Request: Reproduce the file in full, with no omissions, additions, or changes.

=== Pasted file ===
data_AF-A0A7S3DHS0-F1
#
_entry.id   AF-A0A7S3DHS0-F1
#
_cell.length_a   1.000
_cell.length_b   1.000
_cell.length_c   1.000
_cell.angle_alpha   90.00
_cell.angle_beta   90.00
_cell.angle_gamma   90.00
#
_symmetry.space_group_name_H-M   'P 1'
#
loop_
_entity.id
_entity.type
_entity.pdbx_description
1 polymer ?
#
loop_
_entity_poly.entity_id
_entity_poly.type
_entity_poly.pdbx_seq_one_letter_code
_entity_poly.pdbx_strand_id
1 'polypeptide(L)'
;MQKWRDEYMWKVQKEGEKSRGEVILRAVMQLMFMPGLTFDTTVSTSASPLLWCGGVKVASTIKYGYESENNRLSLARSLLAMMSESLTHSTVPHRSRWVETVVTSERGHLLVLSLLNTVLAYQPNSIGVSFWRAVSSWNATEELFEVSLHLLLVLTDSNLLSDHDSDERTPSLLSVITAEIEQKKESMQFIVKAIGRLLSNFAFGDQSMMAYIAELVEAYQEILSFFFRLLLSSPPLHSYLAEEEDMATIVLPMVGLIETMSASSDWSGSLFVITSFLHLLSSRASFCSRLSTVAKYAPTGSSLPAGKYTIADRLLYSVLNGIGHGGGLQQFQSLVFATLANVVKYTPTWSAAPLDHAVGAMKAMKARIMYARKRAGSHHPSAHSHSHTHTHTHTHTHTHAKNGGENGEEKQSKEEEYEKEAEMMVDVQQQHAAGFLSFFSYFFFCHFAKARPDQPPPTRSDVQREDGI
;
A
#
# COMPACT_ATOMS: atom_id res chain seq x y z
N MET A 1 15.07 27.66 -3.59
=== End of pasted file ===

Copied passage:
data_AF-A0A7S3DHS0-F1
#
_entry.id   AF-A0A7S3DHS0-F1
#
_cell.length_a   1.000
_cell.length_b   1.000
_cell.length_c   1.000
_cell.angle_alpha   90.00
_cell.angle_beta   90.00
_cell.angle_gamma   90.00
#
_symmetry.space_group_name_H-M   'P 1'
#
loop_
_entity.id
_entity.type
_entity.pdbx_description
1 polymer ?
#
loop_
_entity_poly.entity_id
_entity_poly.type
_entity_poly.pdbx_seq_one_letter_code
_entity_poly.pdbx_strand_id
1 'polypeptide(L)'
;MQKWRDEYMWKVQKEGEKSRGEVILRAVMQLMFMPGLTFDTTVSTSASPLLWCGGVKVASTIKYGYESENNRLSLARSLLAMMSESLTHSTVPHRSRWVETVVTSERGHLLVLSLLNTVLAYQPNSIGVSFWRAVSSWNATEELFEVSLHLLLVLTDSNLLSDHDSDERTPSLLSVITAEIEQKKESMQFIVKAIGRLLSNFAFGDQSMMAYIAELVEAYQEILSFFFRLLLSSPPLHSYLAEEEDMATIVLPMVGLIETMSASSDWSGSLFVITSFLHLLSSRASFCSRLSTVAKYAPTGSSLPAGKYTIADRLLYSVLNGIGHGGGLQQFQSLVFATLANVVKYTPTWSAAPLDHAVGAMKAMKARIMYARKRAGSHHPSAHSHSHTHTHTHTHTHTHAKNGGENGEEKQSKEEEYEKEAEMMVDVQQQHAAGFLSFFSYFFFCHFAKARPDQPPPTRSDVQREDGI
;
A
#
# COMPACT_ATOMS: atom_id res chain seq x y z
N MET A 1 15.07 27.66 -3.59